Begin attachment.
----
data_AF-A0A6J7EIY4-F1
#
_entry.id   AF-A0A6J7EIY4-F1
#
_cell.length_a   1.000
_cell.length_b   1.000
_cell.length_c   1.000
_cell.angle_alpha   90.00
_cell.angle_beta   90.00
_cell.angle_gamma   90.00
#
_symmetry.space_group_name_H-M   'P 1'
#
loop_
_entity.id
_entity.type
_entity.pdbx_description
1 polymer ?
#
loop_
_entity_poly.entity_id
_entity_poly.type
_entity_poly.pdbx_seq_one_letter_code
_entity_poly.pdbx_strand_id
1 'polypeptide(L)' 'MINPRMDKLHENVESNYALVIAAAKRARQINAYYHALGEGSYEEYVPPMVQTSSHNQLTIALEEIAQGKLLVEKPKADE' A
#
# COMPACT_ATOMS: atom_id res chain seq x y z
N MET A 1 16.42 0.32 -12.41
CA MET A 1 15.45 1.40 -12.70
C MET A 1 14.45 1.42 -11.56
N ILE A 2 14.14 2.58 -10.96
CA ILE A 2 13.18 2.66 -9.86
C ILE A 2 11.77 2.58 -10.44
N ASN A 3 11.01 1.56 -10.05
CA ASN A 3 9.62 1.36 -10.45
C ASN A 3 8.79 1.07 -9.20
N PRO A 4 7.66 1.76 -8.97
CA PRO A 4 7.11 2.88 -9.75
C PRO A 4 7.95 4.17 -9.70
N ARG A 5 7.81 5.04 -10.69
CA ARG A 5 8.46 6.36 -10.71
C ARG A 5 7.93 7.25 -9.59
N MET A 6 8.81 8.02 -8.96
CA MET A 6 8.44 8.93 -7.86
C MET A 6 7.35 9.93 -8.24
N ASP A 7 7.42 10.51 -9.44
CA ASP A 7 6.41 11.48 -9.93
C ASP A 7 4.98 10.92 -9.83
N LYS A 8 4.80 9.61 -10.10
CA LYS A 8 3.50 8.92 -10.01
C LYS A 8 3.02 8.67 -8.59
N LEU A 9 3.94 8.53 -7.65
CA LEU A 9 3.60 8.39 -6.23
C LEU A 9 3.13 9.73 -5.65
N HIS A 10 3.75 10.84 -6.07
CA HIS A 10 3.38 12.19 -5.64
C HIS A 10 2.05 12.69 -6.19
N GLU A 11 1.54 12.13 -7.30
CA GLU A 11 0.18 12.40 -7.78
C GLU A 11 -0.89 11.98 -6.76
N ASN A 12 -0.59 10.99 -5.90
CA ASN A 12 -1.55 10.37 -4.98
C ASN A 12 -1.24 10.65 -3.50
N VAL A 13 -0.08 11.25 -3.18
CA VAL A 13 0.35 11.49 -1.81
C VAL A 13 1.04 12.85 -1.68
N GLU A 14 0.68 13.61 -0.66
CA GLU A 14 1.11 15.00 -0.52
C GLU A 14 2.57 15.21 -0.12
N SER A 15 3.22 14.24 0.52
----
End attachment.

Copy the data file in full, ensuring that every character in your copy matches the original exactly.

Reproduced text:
data_AF-A0A6J7EIY4-F1
#
_entry.id   AF-A0A6J7EIY4-F1
#
_cell.length_a   1.000
_cell.length_b   1.000
_cell.length_c   1.000
_cell.angle_alpha   90.00
_cell.angle_beta   90.00
_cell.angle_gamma   90.00
#
_symmetry.space_group_name_H-M   'P 1'
#
loop_
_entity.id
_entity.type
_entity.pdbx_description
1 polymer ?
#
loop_
_entity_poly.entity_id
_entity_poly.type
_entity_poly.pdbx_seq_one_letter_code
_entity_poly.pdbx_strand_id
1 'polypeptide(L)' 'MINPRMDKLHENVESNYALVIAAAKRARQINAYYHALGEGSYEEYVPPMVQTSSHNQLTIALEEIAQGKLLVEKPKADE' A
#
# COMPACT_ATOMS: atom_id res chain seq x y z
N MET A 1 16.42 0.32 -12.41
CA MET A 1 15.45 1.40 -12.70
C MET A 1 14.45 1.42 -11.56
N ILE A 2 14.14 2.58 -10.96
CA ILE A 2 13.18 2.66 -9.86
C ILE A 2 11.77 2.58 -10.44
N ASN A 3 11.01 1.56 -10.05
CA ASN A 3 9.62 1.36 -10.45
C ASN A 3 8.79 1.07 -9.20
N PRO A 4 7.66 1.76 -8.97
CA PRO A 4 7.11 2.88 -9.75
C PRO A 4 7.95 4.17 -9.70
N ARG A 5 7.81 5.04 -10.69
CA ARG A 5 8.46 6.36 -10.71
C ARG A 5 7.93 7.25 -9.59
N MET A 6 8.81 8.02 -8.96
CA MET A 6 8.44 8.93 -7.86
C MET A 6 7.35 9.93 -8.24
N ASP A 7 7.42 10.51 -9.44
CA ASP A 7 6.41 11.48 -9.93
C ASP A 7 4.98 10.92 -9.83
N LYS A 8 4.80 9.61 -10.10
CA LYS A 8 3.50 8.92 -10.01
C LYS A 8 3.02 8.67 -8.59
N LEU A 9 3.94 8.53 -7.65
CA LEU A 9 3.60 8.39 -6.23
C LEU A 9 3.13 9.73 -5.65
N HIS A 10 3.75 10.84 -6.07
CA HIS A 10 3.38 12.19 -5.64
C HIS A 10 2.05 12.69 -6.19
N GLU A 11 1.54 12.13 -7.30
CA GLU A 11 0.18 12.40 -7.78
C GLU A 11 -0.89 11.98 -6.76
N ASN A 12 -0.59 10.99 -5.90
CA ASN A 12 -1.55 10.37 -4.98
C ASN A 12 -1.24 10.65 -3.50
N VAL A 13 -0.08 11.25 -3.18
CA VAL A 13 0.35 11.49 -1.81
C VAL A 13 1.04 12.85 -1.68
N GLU A 14 0.68 13.61 -0.66
CA GLU A 14 1.11 15.00 -0.52
C GLU A 14 2.57 15.21 -0.12
N SER A 15 3.22 14.24 0.52